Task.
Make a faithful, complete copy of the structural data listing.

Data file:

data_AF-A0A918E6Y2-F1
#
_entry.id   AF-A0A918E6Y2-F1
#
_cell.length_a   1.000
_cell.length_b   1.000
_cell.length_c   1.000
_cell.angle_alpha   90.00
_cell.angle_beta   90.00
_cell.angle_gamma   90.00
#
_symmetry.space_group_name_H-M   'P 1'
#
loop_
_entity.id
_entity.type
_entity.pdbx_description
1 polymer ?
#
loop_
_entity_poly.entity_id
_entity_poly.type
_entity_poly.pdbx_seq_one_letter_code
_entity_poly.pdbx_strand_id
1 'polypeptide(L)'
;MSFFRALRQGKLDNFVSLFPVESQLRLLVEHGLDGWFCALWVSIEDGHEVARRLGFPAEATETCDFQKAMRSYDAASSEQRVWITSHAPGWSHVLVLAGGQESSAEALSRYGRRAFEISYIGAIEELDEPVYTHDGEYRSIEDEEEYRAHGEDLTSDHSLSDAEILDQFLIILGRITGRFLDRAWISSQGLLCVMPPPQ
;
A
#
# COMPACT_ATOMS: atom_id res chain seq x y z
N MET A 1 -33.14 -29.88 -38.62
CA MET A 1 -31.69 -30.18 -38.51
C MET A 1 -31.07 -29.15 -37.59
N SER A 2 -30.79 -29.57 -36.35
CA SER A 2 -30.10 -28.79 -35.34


data_AF-A0A918E6Y2-F1
#
_entry.id   AF-A0A918E6Y2-F1
#
_cell.length_a   1.000
_cell.length_b   1.000
_cell.length_c   1.000
_cell.angle_alpha   90.00
_cell.angle_beta   90.00
_cell.angle_gamma   90.00
#
_symmetry.space_group_name_H-M   'P 1'
#
loop_
_entity.id
_entity.type
_entity.pdbx_description
1 polymer ?
#
loop_
_entity_poly.entity_id
_entity_poly.type
_entity_poly.pdbx_seq_one_letter_code
_entity_poly.pdbx_strand_id
1 'polypeptide(L)'
;MSFFRALRQGKLDNFVSLFPVESQLRLLVEHGLDGWFCALWVSIEDGHEVARRLGFPAEATETCDFQKAMRSYDAASSEQRVWITSHAPGWSHVLVLAGGQESSAEALSRYGRRAFEISYIGAIEELDEPVYTHDGEYRSIEDEEEYRAHGEDLTSDHSLSDAEILDQFLIILGRITGRFLDRAWISSQGLLCVMPPPQ
;
A
#
# COMPACT_ATOMS: atom_id res chain seq x y z
N MET A 1 -33.14 -29.88 -38.62
CA MET A 1 -31.69 -30.18 -38.51
C MET A 1 -31.07 -29.15 -37.59
N SER A 2 -30.79 -29.57 -36.35
CA SER A 2 -30.10 -28.79 -35.34